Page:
Enjoy the Hynes Convention Center/ICA stop while you can, T riders. It may soon be gone.
Well, the name, anyway.
Uniquely, the stop’s inspirations are on borrowed time: There’s a $62 million Institute of Contemporary Art replacement being built on the waterfront, set to open next year; and the John B. Hynes Veterans Memorial Convention Center has long been headed for sale with the opening of the larger, $800 million Boston Convention & Exhibition Center. Boston is reputed to be the only U.S. city with two convention centers — not necessarily something to brag about when convention business is down.
It’s true that momentum for shutting down the Hynes has died. Gov. Mitt Romney, who proposed selling it, was a no-show at a hearing last month on its future, and the commonwealth’s other top politicians are citing evidence and anecdote that keeping the Hynes around will ensure tourism dollars for the area. There’s no date for a decision, although a government commission is supposed to make a suggestion by the fall. Even if the suggestion is to sell or lease, the state may be slow to move, and so may buyers or leasees.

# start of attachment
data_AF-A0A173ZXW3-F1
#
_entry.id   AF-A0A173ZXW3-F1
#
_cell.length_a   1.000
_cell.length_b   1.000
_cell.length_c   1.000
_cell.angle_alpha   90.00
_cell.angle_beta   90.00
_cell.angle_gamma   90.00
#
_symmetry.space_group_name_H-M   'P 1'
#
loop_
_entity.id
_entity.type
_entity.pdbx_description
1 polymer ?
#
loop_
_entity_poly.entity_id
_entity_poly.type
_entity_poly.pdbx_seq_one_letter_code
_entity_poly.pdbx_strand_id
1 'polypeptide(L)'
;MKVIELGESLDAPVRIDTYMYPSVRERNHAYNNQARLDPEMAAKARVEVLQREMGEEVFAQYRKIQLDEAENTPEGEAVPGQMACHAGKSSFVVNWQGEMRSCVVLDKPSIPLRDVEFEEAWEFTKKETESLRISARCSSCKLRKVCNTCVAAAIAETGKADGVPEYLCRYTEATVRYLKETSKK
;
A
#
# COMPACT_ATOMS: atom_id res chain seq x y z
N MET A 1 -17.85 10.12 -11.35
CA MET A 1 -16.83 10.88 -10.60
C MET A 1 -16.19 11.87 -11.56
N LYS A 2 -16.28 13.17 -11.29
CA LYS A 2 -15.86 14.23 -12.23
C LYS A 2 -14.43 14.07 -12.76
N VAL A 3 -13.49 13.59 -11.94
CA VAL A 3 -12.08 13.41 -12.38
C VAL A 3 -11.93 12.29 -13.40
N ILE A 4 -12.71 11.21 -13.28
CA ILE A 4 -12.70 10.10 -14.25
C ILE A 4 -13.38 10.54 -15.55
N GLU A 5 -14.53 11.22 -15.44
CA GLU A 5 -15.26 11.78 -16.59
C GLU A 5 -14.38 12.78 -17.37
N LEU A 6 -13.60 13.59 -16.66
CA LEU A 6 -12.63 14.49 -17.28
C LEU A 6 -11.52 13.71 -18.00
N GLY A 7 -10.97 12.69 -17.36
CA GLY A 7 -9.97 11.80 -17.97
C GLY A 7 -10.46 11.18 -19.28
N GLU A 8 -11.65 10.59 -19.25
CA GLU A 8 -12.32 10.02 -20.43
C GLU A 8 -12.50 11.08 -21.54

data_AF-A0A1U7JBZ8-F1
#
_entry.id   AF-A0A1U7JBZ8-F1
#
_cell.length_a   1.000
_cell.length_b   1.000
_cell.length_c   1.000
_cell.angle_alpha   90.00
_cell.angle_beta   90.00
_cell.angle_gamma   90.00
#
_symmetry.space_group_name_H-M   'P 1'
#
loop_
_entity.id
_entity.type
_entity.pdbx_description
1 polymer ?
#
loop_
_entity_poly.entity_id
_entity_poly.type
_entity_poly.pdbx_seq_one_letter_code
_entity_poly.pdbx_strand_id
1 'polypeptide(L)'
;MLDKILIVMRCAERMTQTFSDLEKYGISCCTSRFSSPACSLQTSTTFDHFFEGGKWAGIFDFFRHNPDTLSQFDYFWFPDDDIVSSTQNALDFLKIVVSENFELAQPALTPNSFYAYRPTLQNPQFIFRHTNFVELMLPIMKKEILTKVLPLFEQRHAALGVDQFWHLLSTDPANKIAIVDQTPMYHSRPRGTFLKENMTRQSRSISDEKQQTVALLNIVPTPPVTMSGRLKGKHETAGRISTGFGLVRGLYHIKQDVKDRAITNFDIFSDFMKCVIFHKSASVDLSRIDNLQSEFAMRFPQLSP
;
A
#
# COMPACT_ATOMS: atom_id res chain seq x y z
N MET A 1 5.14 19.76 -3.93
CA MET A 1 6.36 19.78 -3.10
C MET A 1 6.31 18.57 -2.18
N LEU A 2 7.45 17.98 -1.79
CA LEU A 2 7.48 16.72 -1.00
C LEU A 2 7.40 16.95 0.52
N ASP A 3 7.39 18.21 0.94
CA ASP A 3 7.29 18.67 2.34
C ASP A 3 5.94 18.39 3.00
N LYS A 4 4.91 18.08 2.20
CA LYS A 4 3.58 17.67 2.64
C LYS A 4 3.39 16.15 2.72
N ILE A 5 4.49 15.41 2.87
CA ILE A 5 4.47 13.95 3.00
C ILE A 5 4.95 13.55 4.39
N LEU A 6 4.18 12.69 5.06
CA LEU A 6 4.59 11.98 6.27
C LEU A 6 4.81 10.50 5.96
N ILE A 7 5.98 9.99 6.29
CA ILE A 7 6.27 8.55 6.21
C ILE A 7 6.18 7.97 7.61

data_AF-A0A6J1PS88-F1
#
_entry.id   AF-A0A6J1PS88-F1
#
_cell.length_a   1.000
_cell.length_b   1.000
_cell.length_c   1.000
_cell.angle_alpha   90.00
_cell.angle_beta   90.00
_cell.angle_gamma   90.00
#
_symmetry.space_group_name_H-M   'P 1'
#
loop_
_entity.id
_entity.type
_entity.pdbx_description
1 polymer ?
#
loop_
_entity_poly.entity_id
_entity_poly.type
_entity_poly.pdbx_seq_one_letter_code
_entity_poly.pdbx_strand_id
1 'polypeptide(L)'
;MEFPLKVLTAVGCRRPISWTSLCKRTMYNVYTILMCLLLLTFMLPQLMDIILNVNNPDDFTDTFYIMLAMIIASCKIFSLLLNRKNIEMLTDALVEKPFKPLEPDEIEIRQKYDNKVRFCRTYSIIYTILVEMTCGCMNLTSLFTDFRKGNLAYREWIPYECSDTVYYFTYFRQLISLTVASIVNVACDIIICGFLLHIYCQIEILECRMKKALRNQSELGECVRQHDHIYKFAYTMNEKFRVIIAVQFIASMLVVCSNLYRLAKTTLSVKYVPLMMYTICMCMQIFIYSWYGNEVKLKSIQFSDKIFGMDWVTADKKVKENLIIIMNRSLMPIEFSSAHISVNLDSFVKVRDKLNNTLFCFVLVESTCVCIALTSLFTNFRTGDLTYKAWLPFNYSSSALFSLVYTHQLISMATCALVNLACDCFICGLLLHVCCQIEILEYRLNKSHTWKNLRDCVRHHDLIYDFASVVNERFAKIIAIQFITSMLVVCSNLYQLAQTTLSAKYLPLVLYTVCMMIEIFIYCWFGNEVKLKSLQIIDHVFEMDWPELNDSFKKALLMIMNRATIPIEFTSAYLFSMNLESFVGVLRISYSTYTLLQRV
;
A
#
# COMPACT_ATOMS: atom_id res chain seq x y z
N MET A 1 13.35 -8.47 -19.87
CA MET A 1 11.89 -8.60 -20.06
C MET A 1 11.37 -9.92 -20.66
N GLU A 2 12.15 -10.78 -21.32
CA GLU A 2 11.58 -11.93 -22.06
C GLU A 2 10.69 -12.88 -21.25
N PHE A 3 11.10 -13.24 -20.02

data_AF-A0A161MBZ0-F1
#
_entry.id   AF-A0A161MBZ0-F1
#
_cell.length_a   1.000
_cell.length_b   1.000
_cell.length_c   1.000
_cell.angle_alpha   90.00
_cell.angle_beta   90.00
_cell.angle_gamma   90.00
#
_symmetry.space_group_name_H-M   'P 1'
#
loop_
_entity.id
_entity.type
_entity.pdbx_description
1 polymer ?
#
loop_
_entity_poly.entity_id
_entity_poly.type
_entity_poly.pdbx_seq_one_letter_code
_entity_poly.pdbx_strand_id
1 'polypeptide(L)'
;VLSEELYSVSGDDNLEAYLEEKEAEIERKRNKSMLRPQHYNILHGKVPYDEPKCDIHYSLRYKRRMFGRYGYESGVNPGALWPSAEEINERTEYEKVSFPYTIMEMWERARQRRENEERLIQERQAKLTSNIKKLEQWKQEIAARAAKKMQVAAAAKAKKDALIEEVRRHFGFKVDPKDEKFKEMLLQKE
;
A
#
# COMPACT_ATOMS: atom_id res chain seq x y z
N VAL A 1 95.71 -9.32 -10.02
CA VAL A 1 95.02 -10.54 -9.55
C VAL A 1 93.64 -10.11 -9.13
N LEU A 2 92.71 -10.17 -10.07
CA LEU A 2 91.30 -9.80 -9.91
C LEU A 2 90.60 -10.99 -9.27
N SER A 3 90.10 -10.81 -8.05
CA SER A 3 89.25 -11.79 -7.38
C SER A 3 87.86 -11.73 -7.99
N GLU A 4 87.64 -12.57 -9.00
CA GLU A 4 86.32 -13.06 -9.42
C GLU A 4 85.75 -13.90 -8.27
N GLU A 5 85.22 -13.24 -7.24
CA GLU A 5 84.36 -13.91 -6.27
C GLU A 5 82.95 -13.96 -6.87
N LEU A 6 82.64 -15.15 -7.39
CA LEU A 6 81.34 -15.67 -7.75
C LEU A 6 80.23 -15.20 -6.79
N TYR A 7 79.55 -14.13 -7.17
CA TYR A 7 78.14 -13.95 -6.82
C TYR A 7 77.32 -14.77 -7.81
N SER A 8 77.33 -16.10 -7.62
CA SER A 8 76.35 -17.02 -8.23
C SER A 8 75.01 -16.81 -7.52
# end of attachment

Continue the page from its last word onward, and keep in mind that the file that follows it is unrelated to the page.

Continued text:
If the Hynes and ICA disappear, bet that Massachusetts Bay Transit Authority officials will revive their hopes of selling T stop naming rights. They tried this in 2000, aiming for $22 million over five years for South Station ($2 million), Back Bay and Downtown Crossing ($1 million each) and Sullivan Square ($500,000). Even after the costs and commitments were lowered, no one bid.
So what would the Hynes/ICA stop be called? Without a Dunkin' Donuts or Hooters claiming it, the city would be forced to think of something descriptive of the area — and a good guess would be “Newbury.” Surely the city would be pleased to make it easier for visitors to find Newbury Street, which is all about commerce.
And better that than the only nearby business that would be likely to go for the naming rights this time, since it’s unclear if Boston is ready, or will ever be, for the green line’s “Virgin stop.”